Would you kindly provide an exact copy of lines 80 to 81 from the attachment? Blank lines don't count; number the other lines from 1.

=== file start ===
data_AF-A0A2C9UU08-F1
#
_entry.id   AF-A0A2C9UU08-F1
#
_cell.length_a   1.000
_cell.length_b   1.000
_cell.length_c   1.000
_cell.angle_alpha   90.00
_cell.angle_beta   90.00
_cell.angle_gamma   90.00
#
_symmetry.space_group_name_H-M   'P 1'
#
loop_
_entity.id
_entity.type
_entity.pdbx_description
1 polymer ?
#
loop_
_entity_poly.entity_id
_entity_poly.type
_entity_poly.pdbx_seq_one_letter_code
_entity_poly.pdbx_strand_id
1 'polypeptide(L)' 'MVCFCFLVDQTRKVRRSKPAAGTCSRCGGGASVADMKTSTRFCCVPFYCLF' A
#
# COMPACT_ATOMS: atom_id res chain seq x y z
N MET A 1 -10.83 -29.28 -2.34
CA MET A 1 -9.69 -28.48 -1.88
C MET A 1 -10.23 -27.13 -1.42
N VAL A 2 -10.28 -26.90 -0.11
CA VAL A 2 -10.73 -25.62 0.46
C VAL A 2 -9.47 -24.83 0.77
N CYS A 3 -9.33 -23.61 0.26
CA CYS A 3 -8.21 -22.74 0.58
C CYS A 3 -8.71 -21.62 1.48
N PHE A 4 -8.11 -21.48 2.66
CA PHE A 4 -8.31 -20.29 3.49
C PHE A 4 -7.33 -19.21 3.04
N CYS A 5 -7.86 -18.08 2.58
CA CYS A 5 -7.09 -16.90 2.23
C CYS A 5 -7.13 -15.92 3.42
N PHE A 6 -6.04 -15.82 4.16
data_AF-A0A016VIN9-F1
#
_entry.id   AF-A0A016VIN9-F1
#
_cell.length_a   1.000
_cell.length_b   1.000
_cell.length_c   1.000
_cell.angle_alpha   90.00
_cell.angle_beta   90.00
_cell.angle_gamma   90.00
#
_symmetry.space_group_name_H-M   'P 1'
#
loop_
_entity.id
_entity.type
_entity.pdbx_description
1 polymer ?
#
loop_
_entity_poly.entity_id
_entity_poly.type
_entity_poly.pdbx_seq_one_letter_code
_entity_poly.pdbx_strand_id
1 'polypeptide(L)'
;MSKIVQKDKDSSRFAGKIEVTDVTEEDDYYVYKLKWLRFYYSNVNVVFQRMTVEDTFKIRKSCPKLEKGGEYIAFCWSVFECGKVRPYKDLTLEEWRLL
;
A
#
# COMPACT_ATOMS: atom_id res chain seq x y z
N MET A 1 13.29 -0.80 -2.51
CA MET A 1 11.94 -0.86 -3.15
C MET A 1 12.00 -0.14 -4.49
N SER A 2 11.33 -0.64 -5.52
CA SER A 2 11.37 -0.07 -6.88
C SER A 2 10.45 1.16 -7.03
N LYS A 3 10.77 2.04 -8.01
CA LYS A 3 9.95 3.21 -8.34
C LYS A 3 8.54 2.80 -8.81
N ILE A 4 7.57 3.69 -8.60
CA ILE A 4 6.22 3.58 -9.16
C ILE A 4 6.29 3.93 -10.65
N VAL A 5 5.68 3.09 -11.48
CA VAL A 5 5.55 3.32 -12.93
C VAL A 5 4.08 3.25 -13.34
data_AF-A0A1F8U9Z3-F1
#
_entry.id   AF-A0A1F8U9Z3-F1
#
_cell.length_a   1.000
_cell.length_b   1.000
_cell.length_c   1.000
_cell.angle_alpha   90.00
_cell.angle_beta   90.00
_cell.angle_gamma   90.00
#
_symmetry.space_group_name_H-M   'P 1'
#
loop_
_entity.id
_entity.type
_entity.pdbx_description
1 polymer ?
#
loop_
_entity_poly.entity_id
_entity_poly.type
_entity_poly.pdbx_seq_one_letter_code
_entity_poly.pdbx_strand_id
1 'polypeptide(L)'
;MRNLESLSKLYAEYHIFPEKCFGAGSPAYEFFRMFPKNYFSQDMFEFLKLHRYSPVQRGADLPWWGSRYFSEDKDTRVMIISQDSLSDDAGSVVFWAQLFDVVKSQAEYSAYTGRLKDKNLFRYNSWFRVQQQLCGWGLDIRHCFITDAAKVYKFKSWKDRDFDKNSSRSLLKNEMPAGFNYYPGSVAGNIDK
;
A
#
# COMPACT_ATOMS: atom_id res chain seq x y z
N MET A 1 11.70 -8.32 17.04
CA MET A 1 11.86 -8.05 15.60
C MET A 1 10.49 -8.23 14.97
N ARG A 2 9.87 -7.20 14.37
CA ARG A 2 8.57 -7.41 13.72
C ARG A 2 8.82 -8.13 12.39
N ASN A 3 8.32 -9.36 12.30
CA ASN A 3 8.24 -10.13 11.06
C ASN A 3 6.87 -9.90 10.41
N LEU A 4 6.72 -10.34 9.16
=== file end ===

N LYS A 3 10.77 2.04 -8.01
CA LYS A 3 9.95 3.21 -8.34